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Old 11-20-2019, 06:00 PM   #4
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Welcome aboard. If you like DIY, there are a lot of lower priced boats that you can fix up. Donít be discouraged, just keep looking. Nothing wrong with a fiberglass boat, I prefer them since I can do the repairs myself. Fiberglassing is easy just a bit messy. Diesel is preferable but a gas powered boat is ok too. Many people will slam Bayliners but the 3888 referred to above is a very nice boat and a lot of boat for the money.
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Old 11-20-2019, 06:42 PM   #5
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The last thing a buyer of a "first boat" should contemplate is wholesale repairs, such as suggested above. You need at least several years of boating under your belt before you will be qualified to make the decision to do a major repair. Your first boat or two or three will teach you lots about what features matter to you.

Whether gas or diesel is more a function of size than of brand name.
Some say Tolly=gas, Above, one poster says Canoe Coves are mostly gas. Neither is true. I know quite a few diesel Tollys, quite a few diesel Canoe Coves, 0 gas Canoe Coves.
Blanket statements are wrong as often as not.
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Old 11-20-2019, 06:58 PM   #6
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Well I have owned 23 boats so far. I started working on the first boat that we owned. I did some research first to learn how to do the work.
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Old 11-20-2019, 07:04 PM   #7
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Welcome aboard TF
A great place to start is reading through Boat Search 101
Boat Search 101
Best advice is to figure out and write down how you intend to use the boat, then features that are must have, want to have, and don't wants.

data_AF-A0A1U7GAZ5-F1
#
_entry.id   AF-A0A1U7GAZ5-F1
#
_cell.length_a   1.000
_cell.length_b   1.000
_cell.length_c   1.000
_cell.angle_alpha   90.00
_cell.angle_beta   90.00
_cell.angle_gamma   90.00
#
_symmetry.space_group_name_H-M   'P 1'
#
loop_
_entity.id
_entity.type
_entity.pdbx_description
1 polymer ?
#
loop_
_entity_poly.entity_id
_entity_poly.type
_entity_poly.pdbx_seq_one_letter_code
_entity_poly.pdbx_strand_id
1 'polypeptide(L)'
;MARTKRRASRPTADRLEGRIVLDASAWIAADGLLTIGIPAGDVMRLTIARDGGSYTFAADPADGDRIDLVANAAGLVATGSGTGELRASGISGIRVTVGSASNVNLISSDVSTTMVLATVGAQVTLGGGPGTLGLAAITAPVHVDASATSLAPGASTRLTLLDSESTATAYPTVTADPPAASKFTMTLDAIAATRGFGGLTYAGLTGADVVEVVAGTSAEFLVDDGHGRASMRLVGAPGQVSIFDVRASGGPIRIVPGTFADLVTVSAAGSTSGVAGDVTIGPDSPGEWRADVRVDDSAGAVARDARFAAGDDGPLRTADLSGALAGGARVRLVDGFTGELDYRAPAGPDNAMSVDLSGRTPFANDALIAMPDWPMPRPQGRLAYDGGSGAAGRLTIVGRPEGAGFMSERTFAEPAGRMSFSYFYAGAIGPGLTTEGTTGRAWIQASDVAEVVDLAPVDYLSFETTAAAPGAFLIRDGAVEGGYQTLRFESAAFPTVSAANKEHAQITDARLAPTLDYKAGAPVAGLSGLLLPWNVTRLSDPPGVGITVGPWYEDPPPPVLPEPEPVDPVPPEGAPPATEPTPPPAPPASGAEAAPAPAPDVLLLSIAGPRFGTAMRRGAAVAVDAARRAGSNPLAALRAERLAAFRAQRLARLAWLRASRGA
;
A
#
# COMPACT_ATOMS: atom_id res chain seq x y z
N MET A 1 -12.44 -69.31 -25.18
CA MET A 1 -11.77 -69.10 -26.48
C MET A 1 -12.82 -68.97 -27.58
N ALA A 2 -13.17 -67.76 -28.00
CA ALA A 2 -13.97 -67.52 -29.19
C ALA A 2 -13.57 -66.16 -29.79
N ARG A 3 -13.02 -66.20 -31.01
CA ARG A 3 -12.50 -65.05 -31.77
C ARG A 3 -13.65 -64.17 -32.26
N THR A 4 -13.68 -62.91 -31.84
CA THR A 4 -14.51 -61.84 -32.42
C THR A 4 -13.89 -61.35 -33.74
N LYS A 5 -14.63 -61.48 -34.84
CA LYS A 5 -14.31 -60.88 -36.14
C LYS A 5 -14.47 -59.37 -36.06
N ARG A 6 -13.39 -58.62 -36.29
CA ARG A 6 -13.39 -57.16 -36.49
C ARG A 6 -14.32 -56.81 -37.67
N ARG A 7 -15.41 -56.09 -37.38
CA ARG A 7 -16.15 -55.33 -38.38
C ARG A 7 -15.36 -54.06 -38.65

Have spouse do the same, if applicable, then compare and combine lists.
I would not focus on brand or fuel as budget and availability will sort this out eventually.
Focus on features and fit for your intended cruising style.
Make the search fun vs work. Short trips to shows, marinas and prospects can be mini vacations.
Once you narrow it down a charter of similar boat can be a wise investment.
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Old 11-20-2019, 08:00 PM   #8
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Here is a Tollycraft Tri Cabin 40 footer, dual gasser above your price range. It appears to be in great shape but I can only say that through picture gazing. Although it is above your price point, you might actually save money getting a boat in this price range if it is in great shape, trust me, I've spent a load on my 1969 boat so I know first hand. A cheap boat isn't.

https://nanaimo.craigslist.org/bod/d...978616504.html

In Delta is this 32 Bayliner 1989:

https://www.facebook.com/marketplace...1068389729165/

Youtube of a 1994 32 Bayliner: [gives you a rough idea of layout]



A 1977 Willard Vega - Voyager 30. If I were pursuing this boat, I'd try to get it for about $5-6000 off and just automatically get the engine rebuilt so there was no worries out in the middle of the pond (Strait of Georgia):

https://www.facebook.com/marketplace...8875787562081/

Mainship 34, claims 10 hours on the engine?

https://www.facebook.com/marketplace...3310969021669/